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(Updated to include commentary from Commercial Metals' CFO and for closing stock prices.)



) -- Shares of

Commercial Metals

(CMC) - Get Commercial Metals Company Report

shot higher by as much as 14% Monday on speculation of a possible takeout.

The rumor, cited by

and later on


, tagged two names as potential acquirers: the once-acquisitive mini-mill giant


(NUE) - Get Nucor Corporation Report


Gerdau Ameristeel

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( GNA), a mini-mill steel producer controlled by Brazil's Gerdau SA.

Bill Larson, Commercial Metal's chief financial officer, told


that Monday's deal chatter may have been sparked after he canceled a trip to an industry investor conference, hosted by

Morgan Stanley

(MS) - Get Morgan Stanley Report

in New York, where he was scheduled to speak this Friday.

But, he said, the cancellation was due to an unforeseen personal conflict, about which he wouldn't be more specific. "People have asked why I'm not going to be there," he said. "I'm honored that I'll be missed."

When asked if he could put the rumors to bed by denying them outright, he cited the standard corporate policy of not commenting on market speculation.

One analyst who covers the metals industry said the odds were long that any truth lay in the rumors, though he wouldn't rule anything out.

He based his skepticism on Commercial Metals' core business: producing steel products (rebar, load-bearing beams) used in commercial construction -- just about the most downtrodden steel end-market there is. (The analyst wished to remain anonymous because he hadn't been authorized to speak with the press.)

This isn't the first time that Commercial Metals, based in Irving, Texas, has been the subject of takeover rumors. Last year, market scuttlebutt singled out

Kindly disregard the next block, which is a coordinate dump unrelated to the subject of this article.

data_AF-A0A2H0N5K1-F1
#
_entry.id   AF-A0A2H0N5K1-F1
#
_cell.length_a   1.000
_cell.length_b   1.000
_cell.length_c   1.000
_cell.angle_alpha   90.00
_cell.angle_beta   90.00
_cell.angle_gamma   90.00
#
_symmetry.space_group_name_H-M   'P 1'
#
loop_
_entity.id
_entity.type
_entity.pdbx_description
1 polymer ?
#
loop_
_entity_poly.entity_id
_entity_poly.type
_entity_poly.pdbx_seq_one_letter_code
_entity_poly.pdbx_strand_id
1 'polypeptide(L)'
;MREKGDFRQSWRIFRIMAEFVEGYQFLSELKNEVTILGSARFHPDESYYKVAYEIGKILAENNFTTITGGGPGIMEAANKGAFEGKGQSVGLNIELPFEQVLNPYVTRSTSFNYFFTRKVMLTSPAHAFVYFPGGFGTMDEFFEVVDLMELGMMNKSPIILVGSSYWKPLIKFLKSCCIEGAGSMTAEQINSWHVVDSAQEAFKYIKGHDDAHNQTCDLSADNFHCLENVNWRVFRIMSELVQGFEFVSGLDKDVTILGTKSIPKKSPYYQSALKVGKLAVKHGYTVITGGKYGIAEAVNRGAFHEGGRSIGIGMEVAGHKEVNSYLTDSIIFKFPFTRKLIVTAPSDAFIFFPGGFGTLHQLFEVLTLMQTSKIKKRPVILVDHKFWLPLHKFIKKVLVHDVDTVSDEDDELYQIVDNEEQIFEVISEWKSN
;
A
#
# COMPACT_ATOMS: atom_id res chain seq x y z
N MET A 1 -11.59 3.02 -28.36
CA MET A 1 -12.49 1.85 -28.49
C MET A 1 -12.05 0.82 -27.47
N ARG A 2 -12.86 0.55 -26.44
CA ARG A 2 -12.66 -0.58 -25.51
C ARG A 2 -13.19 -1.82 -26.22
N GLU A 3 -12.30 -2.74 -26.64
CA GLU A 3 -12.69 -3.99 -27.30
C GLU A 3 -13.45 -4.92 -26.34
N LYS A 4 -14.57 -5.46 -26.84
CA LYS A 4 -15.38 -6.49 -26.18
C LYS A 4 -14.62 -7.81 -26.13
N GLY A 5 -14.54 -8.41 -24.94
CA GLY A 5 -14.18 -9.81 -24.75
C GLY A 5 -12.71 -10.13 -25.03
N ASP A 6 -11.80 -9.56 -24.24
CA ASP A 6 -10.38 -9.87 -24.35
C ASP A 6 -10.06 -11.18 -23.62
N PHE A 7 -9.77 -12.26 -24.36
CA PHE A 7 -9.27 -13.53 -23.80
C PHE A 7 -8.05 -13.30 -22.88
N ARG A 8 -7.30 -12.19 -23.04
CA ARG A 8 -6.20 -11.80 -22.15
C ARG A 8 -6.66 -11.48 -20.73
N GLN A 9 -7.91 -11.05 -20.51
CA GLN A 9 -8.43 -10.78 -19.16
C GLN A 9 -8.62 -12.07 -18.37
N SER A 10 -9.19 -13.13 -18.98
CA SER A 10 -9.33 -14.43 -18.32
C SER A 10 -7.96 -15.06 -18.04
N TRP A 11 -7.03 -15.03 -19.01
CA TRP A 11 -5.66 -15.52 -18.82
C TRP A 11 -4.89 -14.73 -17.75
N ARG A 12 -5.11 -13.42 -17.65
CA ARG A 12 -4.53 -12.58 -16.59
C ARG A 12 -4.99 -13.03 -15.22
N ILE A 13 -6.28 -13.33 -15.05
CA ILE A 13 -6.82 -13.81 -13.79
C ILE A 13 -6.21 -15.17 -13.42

(MT) - Get ArcelorMittal SA Report

as a potential buyer.

Commercial Metals shares ended a frenetic trading session Monday at $16.43, up $1.34, or 8.9%. Volume reached 11.2 million shares, more than six times the stock's daily average turnover over the last three months.

Last year, like many steel names, the company's shares rallied hard off their March lows. The stock touched a 52-week high of $21.29 in late September after falling as far as $8.83 during the worst of the bear market.

-- Written by Scott Eden in New York

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Scott Eden has covered business -- both large and small -- for more than a decade. Prior to joining, he worked as a features reporter for Dealmaker and Trader Monthly magazines. Before that, he wrote for the Chicago Reader, that city's weekly paper. Early in his career, he was a staff reporter at the Dow Jones News Service. His reporting has appeared in The Wall Street Journal, Men's Journal, the St. Petersburg (Fla.) Times, and the Believer magazine, among other publications. He's also the author of Touchdown Jesus (Simon & Schuster, 2005), a nonfiction book about Notre Dame football fans and the business and politics of big-time college sports. He has degrees from Notre Dame and Washington University in St. Louis.